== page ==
Photo: Sterling Pics
Spice Talks New Album 'Ten,' Working With Sean Paul & Shaggy: "I'm So Grateful"
The music business is a global breeding ground for ambition and enterprise, but arguably nowhere more so than Jamaica. The dancehall superstar Spice gets hers from a basic, upsetting truth: her scene has been pillaged for musical riches without getting the global credit it deserves.
"We're still ambitious because it's been around for three decades and there are still artists trying to be impactful and known there," she proclaims to GRAMMY.com. "I would say we are very ambitious to still be going after 30 years, 40 years." Rather than be hobbled by these hurdles, she went on to be unstoppable in the dancehall scene — and work with two of mainstream reggae's leading lights.
Indeed, Shaggy and Sean Paul appear together for the first time ever on Spice's new single, "Go Down Deh," which just cracked 20 million views on YouTube. The percolating tune is included on her new album, Ten, which will be released on her birthday, August 6.
True to its title, the 15-track collection was in limbo for a decade due to label tumult. Now, listeners can hear her message loud and clear: Dancehall and reggae are for everyone, and it all began in Jamaica.
GRAMMY.com caught up with Spice over Zoom about her rags-to-riches story, why the world of dancehall is far richer than most give it credit for and how she feels now that Ten is finally on the horizon.
This interview has been edited and condensed for clarity.
You mention dancehall culture in the press release. While I'm very aware of the genre, I'm less knowledgeable about the vibe and culture surrounding it. How would you describe it?
Let me start out by saying that a lot of people don't know that dancehall is a place. Dancehall is actually a place where people go to dance and have fun. It's a very energetic genre. A lot of people from different cultures take from dancehall. Kool Herc was playing dancehall in New York, and that's where hip-hop was birthed. A lot of people don't know that dancehall has been very impactful.
I imagine that there are myriad varieties within dancehall, too. It's not just one thing.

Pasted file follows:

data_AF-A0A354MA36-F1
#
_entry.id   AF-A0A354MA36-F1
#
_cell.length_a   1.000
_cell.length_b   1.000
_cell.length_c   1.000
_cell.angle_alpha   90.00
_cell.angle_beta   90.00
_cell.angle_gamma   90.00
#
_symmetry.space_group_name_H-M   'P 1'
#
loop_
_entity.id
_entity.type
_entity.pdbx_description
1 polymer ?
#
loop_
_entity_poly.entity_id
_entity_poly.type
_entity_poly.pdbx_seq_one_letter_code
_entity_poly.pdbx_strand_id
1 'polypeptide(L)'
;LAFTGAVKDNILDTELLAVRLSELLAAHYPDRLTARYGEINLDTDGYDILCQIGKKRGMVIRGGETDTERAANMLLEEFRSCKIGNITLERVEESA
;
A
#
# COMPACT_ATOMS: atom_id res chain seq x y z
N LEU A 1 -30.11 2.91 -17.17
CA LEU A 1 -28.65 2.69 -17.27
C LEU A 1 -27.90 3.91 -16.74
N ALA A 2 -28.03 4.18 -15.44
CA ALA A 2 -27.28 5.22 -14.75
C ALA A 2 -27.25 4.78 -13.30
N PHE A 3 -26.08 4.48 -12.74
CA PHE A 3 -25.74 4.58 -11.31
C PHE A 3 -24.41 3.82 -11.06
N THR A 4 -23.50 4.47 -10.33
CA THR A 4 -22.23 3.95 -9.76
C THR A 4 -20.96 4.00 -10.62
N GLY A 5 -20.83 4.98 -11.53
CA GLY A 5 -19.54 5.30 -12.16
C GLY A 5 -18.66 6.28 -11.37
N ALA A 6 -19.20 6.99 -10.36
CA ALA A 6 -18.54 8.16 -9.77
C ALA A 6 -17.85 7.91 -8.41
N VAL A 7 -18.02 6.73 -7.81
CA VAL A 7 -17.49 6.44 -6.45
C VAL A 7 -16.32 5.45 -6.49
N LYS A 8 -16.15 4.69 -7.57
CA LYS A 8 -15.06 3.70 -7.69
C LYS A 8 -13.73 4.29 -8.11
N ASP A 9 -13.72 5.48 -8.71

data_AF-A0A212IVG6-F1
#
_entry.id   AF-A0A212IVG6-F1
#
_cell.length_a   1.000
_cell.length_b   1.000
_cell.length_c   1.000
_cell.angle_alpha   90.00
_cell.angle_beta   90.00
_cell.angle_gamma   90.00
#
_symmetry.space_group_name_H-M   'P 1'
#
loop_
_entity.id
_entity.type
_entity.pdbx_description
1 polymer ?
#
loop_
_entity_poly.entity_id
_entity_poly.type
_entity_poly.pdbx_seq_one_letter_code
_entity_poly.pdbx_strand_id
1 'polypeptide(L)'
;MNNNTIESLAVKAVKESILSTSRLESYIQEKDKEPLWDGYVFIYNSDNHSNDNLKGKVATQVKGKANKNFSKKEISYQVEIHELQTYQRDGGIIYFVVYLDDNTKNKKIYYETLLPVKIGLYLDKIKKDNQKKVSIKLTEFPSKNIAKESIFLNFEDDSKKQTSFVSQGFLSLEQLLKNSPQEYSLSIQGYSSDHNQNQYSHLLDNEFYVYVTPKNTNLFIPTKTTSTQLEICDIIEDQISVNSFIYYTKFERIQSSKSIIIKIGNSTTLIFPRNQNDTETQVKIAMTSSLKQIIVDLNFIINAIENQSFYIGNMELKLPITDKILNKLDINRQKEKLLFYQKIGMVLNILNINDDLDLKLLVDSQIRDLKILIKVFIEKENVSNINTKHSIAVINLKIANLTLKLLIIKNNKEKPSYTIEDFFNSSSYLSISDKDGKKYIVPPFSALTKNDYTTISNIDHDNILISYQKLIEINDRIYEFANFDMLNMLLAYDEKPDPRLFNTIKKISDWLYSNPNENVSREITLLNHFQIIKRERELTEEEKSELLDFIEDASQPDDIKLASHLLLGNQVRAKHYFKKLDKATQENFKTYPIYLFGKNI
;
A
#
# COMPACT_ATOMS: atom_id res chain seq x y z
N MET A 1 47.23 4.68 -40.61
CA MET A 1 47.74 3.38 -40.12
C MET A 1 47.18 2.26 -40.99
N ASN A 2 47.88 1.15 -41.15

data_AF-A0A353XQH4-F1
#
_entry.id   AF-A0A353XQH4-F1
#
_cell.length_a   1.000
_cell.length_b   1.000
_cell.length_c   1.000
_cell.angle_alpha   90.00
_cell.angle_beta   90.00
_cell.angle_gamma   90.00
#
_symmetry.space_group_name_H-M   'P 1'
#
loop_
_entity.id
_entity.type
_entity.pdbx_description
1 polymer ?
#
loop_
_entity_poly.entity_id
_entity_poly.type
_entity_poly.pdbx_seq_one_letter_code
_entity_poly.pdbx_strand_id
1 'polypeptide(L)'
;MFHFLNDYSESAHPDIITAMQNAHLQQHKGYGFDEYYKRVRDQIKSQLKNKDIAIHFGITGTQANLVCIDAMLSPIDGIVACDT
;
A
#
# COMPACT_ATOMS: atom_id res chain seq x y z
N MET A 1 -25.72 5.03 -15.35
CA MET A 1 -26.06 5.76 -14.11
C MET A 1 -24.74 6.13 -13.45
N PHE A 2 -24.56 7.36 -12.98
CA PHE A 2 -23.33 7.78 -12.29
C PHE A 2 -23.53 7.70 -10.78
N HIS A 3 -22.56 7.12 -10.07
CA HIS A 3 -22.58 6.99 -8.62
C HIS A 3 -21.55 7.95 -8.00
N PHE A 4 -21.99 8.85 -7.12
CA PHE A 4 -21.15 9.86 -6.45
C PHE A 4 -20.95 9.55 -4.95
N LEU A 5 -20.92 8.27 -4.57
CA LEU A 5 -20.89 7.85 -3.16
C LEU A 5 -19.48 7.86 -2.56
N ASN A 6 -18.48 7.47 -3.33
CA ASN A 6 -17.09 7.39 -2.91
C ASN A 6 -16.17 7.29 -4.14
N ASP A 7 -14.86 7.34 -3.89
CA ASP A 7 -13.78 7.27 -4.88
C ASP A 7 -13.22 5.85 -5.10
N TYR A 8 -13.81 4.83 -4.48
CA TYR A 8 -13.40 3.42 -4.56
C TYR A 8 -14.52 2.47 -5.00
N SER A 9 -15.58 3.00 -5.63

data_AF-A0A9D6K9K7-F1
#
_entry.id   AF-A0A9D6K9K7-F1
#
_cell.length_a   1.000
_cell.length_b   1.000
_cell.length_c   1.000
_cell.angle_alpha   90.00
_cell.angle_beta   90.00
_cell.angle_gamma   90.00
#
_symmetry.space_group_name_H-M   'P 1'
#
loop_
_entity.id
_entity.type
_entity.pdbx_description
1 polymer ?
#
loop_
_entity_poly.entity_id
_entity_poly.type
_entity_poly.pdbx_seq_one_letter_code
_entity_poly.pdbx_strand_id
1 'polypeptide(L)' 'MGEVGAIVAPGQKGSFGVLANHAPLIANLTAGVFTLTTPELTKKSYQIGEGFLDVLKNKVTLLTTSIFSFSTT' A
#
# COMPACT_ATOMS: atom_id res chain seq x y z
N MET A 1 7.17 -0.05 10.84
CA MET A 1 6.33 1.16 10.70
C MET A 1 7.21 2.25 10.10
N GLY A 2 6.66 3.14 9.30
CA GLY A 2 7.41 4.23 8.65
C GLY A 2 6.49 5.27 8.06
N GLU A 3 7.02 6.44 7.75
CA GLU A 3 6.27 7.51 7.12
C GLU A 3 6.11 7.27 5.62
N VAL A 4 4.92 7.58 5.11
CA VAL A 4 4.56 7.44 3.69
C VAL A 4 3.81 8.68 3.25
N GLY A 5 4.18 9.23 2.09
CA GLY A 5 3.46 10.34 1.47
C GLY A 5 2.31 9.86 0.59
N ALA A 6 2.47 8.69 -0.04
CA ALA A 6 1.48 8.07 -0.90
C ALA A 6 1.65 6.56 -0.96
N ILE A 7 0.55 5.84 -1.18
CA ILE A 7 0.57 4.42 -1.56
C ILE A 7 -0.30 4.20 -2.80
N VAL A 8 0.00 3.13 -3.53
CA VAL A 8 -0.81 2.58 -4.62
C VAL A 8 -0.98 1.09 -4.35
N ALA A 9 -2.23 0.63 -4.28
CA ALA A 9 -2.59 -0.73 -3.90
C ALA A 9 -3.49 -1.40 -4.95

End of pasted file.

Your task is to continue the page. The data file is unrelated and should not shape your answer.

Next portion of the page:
Definitely, there are different sounds within the dancehall genre. Different types of style and sound. You have old-school dancehall, modern dancehall — everything is kind of different. Every artist always puts their unique style to it, so it has changed over the years.
Do you consider yourself exclusively a dancehall musician, or is that just one trick you've got up your sleeve?
I do a bit of reggae as well. I would definitely say I just represent Jamaican music, which is dancehall and reggae at the same time. I do dancehall sometimes; sometimes, you hear me do a little more cool end of the style. I know you would be more familiar with a Bob Marley type of song, so a Bob Marley style would be reggae. But when Spice [comes] out more and I spit lyrics [over] a more hardcore bass/drum [beat], that's dancehall.
Is this the truest dancehall music you've made, or have you gone more dancehall in the past?
I definitely have been more dancehall in the past. One of my biggest hits is "So Mi Like It"; it has almost 100 million views. I'm known for doing hardcore dancehall music.
But these days, it seems like you're more interested in blending it with whichever inspirations come your way.
Definitely. I would definitely say that. My fanbase and audience know me for that type of music, too — hardcore dancehall. It wasn't surprising that "Go Down Deh" with Shaggy and Sean Paul was so impactful and that it did so majorly and so very well.
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What compelled you to seek out those two artists as collaborators? Do you go back with those guys?
Well, I've known them over the years. I've been a fan of both of them. I was the one who reached out to Shaggy and I said, "Hey, I think we need to do a song together." He answered me the same day and was like, "Come to my studio. I have a ranch in New York." I went to New York and we discovered "Go Down Deh," the track. It was just so amazing.
I said, "Can you imagine what would happen if I had Sean Paul on this track?" He was receptive to it, so we reached out to Sean Paul. We sent him the track; Sean Paul was already on it. Within 24 hours, Sean Paul sent me back his part with his verse. I tell people that this was the easiest song to put together. A lot of people thought it would be one of the most difficult tasks, but it was the easiest.
What do you appreciate about the specific chemistry between you three?
What I really appreciate is the fact that we are all from Jamaica. When I was promoting it, I just put out "SSS" and everyone was like, "What is SSS?" I said, "Spice, Shaggy and Sean Paul." But what I appreciate more about it is that I'm just so humbled over the fact that it's two of the big legends who have done so well for the genre. Shaggy, he sold diamond.